Today, January 19th, we celebrated the 50 years of associate membership of the Mill Hill Missionaries of Nicholas (Ko) Klaver, currently our rector at St Jozefhuis in Oosterbeek, the Netherlands.
On the eve of this memorable occasion, I sat down with the golden jubilarian to look back over his half century of missionary experience lived, for the greater part, in Uganda and Kenya.
Ko started his missionary training in traditional mode joining the formation programme of the Mill Hill Missionaries in Haelen in 1957. He subsequently spent several years training as a missionary brother, but eventually decided to follow a teacher training course with a view to building an independent career.
Then something utterly surprising happened.
In response to Vatican II’s call for renewal the Mill Hill Missionaries convened what would turn out to be a game changing renewal Chapter.
One of the outcomes of the Chapter was the decision to start up a programme for lay missionary associates, first called ‘contract members’.
The timing couldn’t have been better for Ko, since he was at a crossroads in his missionary calling.
He immediately applied to join the lay associate programme and started training in London in September 1971 joining the short missionary preparation course of the VMM. After a brief spell in Freshfield to brush up on his knowledge of mathematical terminology he was ready to be missioned. It was January 1972.
His first appointment – to Pakistan – fell through because the country descended into a bitter war with India just then.
India seemed a good alternative, but there too things did not work out.
So it happened that on January 19th 1972 Ko signed his first three year contract to go and work as a lay missionary contract member/associate teaching at Nagongera Minor Seminary in Uganda. He would – with a brief interruption – complete a decade at Nagongera enjoying the company of i.a. Donal Harney, Hans Boerakker and Denis Kiwanuka who was later to become a bishop. Those were also the troubled years of dictator Idi Amin’s notorious reign of terror.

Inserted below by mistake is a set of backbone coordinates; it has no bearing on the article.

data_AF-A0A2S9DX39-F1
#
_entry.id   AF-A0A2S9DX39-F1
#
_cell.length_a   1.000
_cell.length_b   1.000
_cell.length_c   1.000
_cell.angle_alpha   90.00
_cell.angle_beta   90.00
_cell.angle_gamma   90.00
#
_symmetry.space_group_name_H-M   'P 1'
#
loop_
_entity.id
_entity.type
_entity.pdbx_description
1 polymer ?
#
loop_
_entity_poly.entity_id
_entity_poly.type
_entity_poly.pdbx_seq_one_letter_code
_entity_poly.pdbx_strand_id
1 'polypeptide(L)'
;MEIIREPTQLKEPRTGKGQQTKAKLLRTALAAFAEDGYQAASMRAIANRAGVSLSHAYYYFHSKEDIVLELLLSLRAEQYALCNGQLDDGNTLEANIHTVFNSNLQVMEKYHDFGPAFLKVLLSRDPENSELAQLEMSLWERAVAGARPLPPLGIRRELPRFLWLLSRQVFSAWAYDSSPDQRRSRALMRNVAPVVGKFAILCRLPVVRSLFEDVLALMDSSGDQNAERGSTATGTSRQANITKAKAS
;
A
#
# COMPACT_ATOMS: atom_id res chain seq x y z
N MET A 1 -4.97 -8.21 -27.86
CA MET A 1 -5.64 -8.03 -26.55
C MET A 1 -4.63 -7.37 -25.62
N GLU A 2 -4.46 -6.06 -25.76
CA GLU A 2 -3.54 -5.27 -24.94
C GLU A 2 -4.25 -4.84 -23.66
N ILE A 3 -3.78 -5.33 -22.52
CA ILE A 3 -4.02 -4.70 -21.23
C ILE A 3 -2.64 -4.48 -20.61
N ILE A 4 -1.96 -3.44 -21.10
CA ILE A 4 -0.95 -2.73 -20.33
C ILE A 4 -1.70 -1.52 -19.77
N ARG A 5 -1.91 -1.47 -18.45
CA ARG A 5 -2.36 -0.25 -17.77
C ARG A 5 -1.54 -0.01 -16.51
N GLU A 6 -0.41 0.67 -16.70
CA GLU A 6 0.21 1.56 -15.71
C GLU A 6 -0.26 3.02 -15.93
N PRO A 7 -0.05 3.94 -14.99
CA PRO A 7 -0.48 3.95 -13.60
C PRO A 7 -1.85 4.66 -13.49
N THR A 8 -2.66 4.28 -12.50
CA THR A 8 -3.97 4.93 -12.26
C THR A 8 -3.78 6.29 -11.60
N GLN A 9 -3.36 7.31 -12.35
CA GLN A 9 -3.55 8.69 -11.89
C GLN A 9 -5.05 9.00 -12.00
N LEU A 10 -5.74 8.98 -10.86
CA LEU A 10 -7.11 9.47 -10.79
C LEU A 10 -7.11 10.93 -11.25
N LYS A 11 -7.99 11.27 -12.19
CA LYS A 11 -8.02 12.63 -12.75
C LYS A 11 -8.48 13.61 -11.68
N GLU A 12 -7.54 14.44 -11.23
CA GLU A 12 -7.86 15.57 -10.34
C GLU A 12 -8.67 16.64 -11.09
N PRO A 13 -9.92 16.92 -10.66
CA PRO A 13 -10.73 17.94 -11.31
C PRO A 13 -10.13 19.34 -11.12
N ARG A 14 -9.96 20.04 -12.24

The change that followed was nothing if not radical: from the disciplined regularity of seminary life Ko took on the challenge of working as a building contractor-cum-development worker at Marigat, in a remote part of Kenya’s Kerio Valley.
“It’s been a really pleasant experience over the past fifty years to move from one field of involvement to another: from education to building, and from building to financial administration”.
Here’s the Marigat episode in a nutshell: building schools, chapels, dispensaries and cattle dips with a workforce numbering around 150 and Brother Jan de Groot as a much appreciated companion.
“Finding time to build three churches in distant Bomet in between all the varied construction activities at Marigat felt like an interesting aside.”
In 1987 Ko was asked to up sticks and move to Soroti in Eastern Uganda where he got involved in urgent relief work. Those would become the most eventful and deeply troubling years of his missionary life. Eastern Uganda had descended into chaos with local insurrections like the one led by Alice Lakwena battling Yoweri Museveni’s regular army. A seemingly endless litany of unspeakable massacres, narrow escapes, daring personal interventions and constant threats – Ko shared his experiences with characteristic poise and calm.
“We lived in close proximity to the local people, spoke their language, heard their stories as we sat around the beer pot in the evening. This gave us a tremendous ability to size up situations and take calculated risks. I never thought of giving up and leaving. There was a feeling of deep solidarity and emotional support among the small Mill Hill contingent in the area. And I’m not one to linger on past traumatic events.”
Trauma-proof? Who is to say?
The years following the eventful sojourn in Eastern Ugandan almost feel like an appendix: financial administration at Interservice in Kampala, guest master in Nairobi and Kisumu combined with financial administration.
In 2020 Ko returned to The Netherlands to enjoy, so he thought, quiet years of retirement in Oosterbeek. But he was soon asked to serve as rector at St Jozefhuis and in characteristic Mill Hill Missionary style – ‘to love and to serve’ is our motto – he accepted.
Thus we are in the unique situation in The Netherlands of having a brother as regional superior and a lay associate as rector of St Jozefhuis.
We’ve come a long way.
Missionary disciples all.
Who would have it any other way!
Fons Eppink mhm